Oliver Lackmann took his first flying lessons when he was 28 and became a commercial pilot back in 2000. He began his career at Augsburg Airways and then spent 14 years in various roles at Air Berlin, before becoming managing director of its Austrian subsidiary NIKI in April 2016.
Following the group’s well-publicised demise, Lackmann joined German leisure carrier TUI fly just over a year ago as chief operating officer and was named managing director last November. However, he has just renewed his licence for the Boeing 737 and expects to be a regular in the cockpit.
“The Boeing 737 is part of my professional life; it was the first jet I was flying as a commercial pilot,” says Lackmann. “I will be in the driver’s seat of one of our planes at least once a month.”
While passengers may have no idea who their flight captain is, he explains that the experience of flying aircraft will enable him to gain a valuable understanding into how the carrier operates.
“It’s highly efficient because I wouldn’t get these first-hand insights while just sitting at my desk,” he adds. “The direct exchange with my colleagues is very important to ensure that we will make TUI fly an even better airline.”
Lackmann has taken the reins of TUI fly at a time when parent TUI Group is seeking to strengthen ties between its airlines.
In December 2018, TUI Aviation, which covers the group’s five leisure airlines in the UK, Belgium, Scandinavia, the Netherlands and Germany, created a new organisational model to increase collaboration and generate efficiencies.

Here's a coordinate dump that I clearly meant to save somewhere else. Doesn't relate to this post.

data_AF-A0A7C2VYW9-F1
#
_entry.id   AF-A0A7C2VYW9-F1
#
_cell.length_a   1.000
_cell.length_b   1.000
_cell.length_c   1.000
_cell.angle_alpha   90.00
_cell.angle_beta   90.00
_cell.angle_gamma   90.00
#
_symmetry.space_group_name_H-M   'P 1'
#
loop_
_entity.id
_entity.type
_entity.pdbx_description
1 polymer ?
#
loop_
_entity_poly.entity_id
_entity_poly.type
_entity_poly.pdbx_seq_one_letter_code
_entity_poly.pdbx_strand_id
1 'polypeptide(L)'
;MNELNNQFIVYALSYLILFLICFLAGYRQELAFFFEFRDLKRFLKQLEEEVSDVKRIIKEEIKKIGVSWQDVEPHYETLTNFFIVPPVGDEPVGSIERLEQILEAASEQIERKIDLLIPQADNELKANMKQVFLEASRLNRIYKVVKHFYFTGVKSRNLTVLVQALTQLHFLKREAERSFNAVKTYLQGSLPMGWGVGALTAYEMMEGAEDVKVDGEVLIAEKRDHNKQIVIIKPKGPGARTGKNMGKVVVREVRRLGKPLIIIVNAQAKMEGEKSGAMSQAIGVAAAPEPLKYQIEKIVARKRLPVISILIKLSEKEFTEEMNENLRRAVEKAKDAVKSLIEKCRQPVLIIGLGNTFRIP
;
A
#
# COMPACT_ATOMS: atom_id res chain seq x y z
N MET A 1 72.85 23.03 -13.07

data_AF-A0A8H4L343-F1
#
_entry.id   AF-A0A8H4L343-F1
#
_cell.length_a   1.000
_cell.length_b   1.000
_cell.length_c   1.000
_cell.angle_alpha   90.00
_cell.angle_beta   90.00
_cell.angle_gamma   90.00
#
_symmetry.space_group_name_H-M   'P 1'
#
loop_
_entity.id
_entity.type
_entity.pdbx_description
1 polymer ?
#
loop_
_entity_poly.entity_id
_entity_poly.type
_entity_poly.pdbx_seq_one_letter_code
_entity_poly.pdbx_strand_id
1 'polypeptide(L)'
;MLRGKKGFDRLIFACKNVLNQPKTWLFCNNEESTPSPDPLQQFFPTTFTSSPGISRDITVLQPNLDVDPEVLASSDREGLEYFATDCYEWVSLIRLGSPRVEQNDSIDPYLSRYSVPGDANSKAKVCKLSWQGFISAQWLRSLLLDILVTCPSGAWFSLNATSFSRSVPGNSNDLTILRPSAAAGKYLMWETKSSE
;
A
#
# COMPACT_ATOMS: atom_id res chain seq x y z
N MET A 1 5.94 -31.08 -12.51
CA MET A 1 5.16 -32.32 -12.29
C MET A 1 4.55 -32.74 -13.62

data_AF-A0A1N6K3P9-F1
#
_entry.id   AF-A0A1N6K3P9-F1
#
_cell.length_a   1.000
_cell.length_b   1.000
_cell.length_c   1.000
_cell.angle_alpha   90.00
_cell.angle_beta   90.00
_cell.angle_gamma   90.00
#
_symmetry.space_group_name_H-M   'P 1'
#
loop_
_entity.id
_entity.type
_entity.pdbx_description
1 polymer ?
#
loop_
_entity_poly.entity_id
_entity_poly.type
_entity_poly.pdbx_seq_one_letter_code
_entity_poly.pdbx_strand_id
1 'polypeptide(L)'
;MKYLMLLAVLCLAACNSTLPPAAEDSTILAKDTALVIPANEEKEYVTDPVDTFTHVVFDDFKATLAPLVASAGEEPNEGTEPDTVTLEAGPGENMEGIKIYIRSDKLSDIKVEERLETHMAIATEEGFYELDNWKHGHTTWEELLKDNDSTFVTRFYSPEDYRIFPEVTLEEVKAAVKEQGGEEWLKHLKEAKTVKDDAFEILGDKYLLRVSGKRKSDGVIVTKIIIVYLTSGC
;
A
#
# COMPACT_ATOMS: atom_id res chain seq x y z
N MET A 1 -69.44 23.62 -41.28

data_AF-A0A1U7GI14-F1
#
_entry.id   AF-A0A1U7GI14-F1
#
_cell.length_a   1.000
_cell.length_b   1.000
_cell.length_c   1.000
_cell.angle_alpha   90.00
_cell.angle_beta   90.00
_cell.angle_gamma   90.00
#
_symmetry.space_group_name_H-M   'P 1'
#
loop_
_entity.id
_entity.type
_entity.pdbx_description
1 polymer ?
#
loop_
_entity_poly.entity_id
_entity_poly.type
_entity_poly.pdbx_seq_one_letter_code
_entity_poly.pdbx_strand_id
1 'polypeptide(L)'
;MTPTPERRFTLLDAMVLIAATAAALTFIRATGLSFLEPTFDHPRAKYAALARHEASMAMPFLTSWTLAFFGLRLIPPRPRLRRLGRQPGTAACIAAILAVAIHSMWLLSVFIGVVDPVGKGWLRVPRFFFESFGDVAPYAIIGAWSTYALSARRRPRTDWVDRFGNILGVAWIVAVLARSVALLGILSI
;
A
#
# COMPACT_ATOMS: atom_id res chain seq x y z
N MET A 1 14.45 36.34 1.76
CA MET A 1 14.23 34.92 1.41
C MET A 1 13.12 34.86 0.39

“Synergies and an exchange of knowledge and people are the key tasks,” says Lackmann, who has also assumed the group role of director flight operations including compliance and safety management.
“We will also integrate further with our tour operator to help them to develop new destinations for holidaymakers.”
As well as increasing efficiencies, TUI hopes passengers will benefit from initiatives like a group-wide on-board streaming service and a joint approach towards spare aeroplane capacity management, which will reduce delays during flight schedule disruptions.
The latter is something Lackmann is keen to rectify following a difficult summer 2018 schedule that was impacted by ATC-related delays. Additional spare capacity is therefore planned for this summer.
He says: “It takes a lot of teamwork to secure people and planes in order to save thousands of holidays around the continent.
“At TUI fly we don’t cancel flights and even if it’s late at night or includes a bus transfer we will bring our guests to the beaches or back home. That’s a powerful commitment.”
A key challenge across TUI Aviation in recent weeks has been its response to the grounding of the Boeing 737 MAX. The group has managed to extend expiring leases for aircraft that were supposed to be replaced by 737 MAX, as well as leasing in additional equipment.
However, it estimates the financial impact will be a €200m hit to earnings, assuming the 737 MAX flight resumption by mid-July at the latest.
TUI Aviation currently has 15 grounded 737 MAXs at its airlines in the UK, Belgium, the Netherlands and Sweden. However, TUI fly was due to take its first 737 MAX 8 in mid-March.
Lackmann says the carrier will focus on introducing the MAX to its fleet when the aircraft has been cleared to fly. It is expected the jets will be deployed on longer routes to the likes of Cape Verde, Dubai and the Canary Islands.
He also confirmed to Routesonline reports that TUI fly is weighing up converting some of its outstanding orders to the larger MAX 10 variant.
TUI Group has committed to 70 737 MAX jets and in 2017 announced plans to convert 18 orders to MAX 10s, with the rest MAX 8s. However, the MAX 10s will be delivered to other group units rather than TUI fly.